Voltage tolerance of 12v pixels

Nightryder

John
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I'm thinking about getting into the hobby this year and would like to get a controller and some lights to play with. I have a couple of 12v supplies for ham radio (non adjustable) that output ~14VDC, in the interest of saving money I'm wondering if the 12v pixels will tolerate the higher voltage for testing purposes, I will obviously be getting a proper power supply when I decide I'm ready to put up my outdoor display.
 

algerdes

Al Gerdes
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Quite a few pixels have a hard time with over-voltage. With adjustable power supplies they need to be set at 11.9, or dead-on 12 vdc. Check out the pixels that you will be using. You could always try to use something like a buck-converter to bring the voltage down, but I'm not sure if they will work properly only dropping 2 volts.
 

Katekate

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yeah I wouldn't hook them up to 14v, you're gonna wreck something. I have a 12v 5a supply that I use for testing stuff, reasonably cheap on ebay but I already had it.
 

Nightryder

John
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Yeah, it's kind of strange because both say they are 12v power supplies but really output around 14. Do the falcon controllers tolerate 14v? I may just set it up with a pull down resistor to get closer to 12 for the lights, not expecting to be powering more than 100 pixels at once.
 

TerryK

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If they are Ham supplies they may be designed for 13.8 (automotive run voltage) to power a mobile radio on AC. As Katekate mentioned if they are sitting at approx 14 the regulation may not be very good either.
Using a resistor between the supply and its load is in my opinion never a good idea as the load voltage will obviously fluctuate as the load current changes. I cannot say never because I have done it but I carefully insured current fluctuation was minimal.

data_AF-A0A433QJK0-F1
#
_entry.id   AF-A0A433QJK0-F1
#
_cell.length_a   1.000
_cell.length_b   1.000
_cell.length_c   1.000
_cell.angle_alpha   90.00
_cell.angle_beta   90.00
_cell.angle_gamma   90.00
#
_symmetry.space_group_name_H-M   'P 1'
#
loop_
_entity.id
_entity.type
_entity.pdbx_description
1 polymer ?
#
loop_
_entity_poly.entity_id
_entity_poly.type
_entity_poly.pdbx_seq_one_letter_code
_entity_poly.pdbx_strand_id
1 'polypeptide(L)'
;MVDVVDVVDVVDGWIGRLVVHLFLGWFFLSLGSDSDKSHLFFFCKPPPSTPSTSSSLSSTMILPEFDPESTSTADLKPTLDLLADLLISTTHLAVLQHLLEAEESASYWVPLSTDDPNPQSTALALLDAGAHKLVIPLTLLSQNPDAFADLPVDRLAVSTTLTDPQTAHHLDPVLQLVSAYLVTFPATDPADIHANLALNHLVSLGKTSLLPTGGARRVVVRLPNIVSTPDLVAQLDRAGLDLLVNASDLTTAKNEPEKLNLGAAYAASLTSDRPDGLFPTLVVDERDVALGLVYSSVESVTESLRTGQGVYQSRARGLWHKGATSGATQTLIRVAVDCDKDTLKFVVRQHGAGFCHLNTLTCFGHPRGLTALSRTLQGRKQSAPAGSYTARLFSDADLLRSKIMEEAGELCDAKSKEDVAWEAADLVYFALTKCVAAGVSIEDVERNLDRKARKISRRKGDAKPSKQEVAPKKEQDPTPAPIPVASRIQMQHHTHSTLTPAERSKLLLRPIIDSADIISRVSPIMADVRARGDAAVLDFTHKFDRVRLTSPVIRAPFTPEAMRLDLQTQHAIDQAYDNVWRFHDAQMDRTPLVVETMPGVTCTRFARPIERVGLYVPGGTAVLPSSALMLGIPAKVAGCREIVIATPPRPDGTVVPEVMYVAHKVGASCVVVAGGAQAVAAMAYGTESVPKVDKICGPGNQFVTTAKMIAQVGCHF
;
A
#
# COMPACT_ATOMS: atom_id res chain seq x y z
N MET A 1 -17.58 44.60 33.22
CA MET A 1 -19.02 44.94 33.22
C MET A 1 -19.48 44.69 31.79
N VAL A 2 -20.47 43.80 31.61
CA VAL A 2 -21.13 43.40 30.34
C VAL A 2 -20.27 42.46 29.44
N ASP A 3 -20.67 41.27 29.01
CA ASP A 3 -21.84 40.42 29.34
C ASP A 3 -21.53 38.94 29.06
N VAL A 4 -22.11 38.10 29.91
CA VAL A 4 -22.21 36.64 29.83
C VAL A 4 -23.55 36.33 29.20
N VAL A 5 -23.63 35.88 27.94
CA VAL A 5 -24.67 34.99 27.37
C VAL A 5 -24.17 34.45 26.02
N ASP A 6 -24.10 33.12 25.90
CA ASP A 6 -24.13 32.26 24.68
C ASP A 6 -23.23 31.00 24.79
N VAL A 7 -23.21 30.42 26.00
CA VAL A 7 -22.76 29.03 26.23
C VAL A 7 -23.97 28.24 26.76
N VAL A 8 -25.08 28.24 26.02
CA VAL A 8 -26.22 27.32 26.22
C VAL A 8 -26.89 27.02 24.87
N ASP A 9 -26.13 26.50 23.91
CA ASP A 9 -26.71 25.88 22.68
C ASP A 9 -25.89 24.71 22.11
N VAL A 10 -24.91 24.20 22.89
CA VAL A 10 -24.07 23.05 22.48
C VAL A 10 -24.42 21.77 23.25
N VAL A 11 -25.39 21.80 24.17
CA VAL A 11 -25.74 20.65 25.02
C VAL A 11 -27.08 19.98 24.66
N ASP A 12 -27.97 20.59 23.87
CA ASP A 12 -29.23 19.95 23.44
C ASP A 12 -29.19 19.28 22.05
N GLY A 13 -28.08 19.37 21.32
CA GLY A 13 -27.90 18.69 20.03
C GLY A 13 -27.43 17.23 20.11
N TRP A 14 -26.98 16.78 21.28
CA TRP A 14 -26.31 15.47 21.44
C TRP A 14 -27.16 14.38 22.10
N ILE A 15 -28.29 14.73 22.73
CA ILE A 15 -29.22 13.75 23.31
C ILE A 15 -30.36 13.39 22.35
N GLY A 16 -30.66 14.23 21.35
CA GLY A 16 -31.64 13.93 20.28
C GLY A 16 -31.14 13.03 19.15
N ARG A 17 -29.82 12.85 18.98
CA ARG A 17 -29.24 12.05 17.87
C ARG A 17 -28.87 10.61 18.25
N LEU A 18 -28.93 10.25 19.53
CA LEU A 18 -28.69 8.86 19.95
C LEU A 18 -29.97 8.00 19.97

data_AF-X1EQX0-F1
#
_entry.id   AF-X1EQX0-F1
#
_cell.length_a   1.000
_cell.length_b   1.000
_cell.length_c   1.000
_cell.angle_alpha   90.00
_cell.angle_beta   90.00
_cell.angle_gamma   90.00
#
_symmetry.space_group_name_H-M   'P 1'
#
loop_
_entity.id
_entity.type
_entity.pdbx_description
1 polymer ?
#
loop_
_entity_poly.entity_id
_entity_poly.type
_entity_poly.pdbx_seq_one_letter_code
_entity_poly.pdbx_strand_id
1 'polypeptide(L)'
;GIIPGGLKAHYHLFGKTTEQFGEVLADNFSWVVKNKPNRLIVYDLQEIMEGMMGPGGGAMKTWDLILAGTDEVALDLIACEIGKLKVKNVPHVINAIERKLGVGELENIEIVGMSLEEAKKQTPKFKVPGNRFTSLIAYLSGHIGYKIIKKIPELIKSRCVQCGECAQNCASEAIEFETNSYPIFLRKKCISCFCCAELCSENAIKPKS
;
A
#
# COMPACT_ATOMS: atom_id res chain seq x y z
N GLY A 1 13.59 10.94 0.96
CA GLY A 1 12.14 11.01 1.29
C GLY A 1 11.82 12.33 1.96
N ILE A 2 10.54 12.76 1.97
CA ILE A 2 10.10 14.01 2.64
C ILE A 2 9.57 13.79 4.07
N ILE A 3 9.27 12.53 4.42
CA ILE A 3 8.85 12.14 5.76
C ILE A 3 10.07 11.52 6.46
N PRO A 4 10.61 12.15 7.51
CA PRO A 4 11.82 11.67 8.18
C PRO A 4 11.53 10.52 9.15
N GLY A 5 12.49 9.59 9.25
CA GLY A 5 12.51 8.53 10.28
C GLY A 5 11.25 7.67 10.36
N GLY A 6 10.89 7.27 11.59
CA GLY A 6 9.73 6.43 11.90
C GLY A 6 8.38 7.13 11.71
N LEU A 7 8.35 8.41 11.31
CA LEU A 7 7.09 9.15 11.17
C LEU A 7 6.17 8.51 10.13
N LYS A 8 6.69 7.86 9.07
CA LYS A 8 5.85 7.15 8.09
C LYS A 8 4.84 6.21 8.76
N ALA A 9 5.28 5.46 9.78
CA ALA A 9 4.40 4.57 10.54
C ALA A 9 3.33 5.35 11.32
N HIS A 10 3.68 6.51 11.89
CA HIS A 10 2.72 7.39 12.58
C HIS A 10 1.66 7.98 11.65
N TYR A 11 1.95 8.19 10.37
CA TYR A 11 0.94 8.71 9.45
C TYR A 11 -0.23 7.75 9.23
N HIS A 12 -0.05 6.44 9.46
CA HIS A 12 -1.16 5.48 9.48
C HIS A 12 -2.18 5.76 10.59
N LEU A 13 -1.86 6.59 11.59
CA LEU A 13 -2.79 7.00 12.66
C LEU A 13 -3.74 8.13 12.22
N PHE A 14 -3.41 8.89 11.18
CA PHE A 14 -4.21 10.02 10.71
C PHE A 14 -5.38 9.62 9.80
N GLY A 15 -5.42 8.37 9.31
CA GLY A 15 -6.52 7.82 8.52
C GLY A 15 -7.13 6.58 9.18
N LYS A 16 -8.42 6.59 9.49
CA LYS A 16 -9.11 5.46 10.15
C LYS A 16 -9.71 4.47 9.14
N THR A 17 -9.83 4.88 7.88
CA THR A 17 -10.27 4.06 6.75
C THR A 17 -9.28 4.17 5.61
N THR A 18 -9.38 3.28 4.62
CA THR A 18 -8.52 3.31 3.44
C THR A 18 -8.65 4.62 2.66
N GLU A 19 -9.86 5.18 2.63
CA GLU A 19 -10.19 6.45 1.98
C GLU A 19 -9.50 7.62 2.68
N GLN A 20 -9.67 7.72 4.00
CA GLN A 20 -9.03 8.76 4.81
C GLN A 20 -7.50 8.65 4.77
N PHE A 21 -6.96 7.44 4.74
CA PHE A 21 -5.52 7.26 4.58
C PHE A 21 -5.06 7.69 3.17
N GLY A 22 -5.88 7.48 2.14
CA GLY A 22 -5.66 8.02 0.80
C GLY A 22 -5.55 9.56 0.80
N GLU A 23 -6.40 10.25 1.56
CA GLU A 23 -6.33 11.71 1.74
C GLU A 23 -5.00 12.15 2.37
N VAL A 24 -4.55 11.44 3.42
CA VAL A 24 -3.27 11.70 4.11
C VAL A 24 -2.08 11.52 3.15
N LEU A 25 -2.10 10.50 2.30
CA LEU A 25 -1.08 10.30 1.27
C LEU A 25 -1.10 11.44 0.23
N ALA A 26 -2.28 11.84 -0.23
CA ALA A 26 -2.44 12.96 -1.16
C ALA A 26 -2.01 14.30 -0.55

As to how the pixels will like the 14 volts, using as an example a WS2815 (a 12 volt chip), the manufacturer lists the absolute supply range as 9.5 to 13.5 volt. Operation under the 9.5 and correct IC operation is not guaranteed and anything over 13.5 runs the possibility of IC damage.
I do not see it mentioned here yet but the Mean Well supplies are rather well liked. If you are in the 'testing' mode a low current model can be had rather cheaply if you are not ready to invest in a high power unit.
 

David_AVD

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Some of the 13.8V (often marked "12V" on the outside) power supplies that are sold for Ham radio, etc use are actually adjustable internally via a small trim control.
 

Nightryder

John
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Some of the 13.8V (often marked "12V" on the outside) power supplies that are sold for Ham radio, etc use are actually adjustable internally via a small trim control.
I thought the same, one is a cheap radio shack unit. I cracked it open and didnt find any trim control. The other is a kenwood ps52, there is no external trim and i havent cracked it open to check yet. Its a very expensive unit so i trust the internal circuitry more. I may try cracking it open to see, that one outputs closer to 13.8.
 

Nightryder

John
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Cracked open the ps52 and found a trimming pot, looks like I have fine adjustment of voltage down to 8v :)

Thanks for the tips!
 

TerryK

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Checking this thread I noticed that no one has commented on your Falcon question. I looked at the F16V3 and F4V3 specs which do not clearly indicate what the Falcon controllers need. The F4 specs are 5 to 24 volt and the F16 is 5 to 36 volt with board voltage selection but not indicated is whether that is the logic or string or both supply. I recently asked David (of Falcon) about using the F4 on dual voltage and he indicated it was possible but did not go into detail as to how. Some one here may know better than I or you can drop David an email. David can be reached at pixelcontroller.com.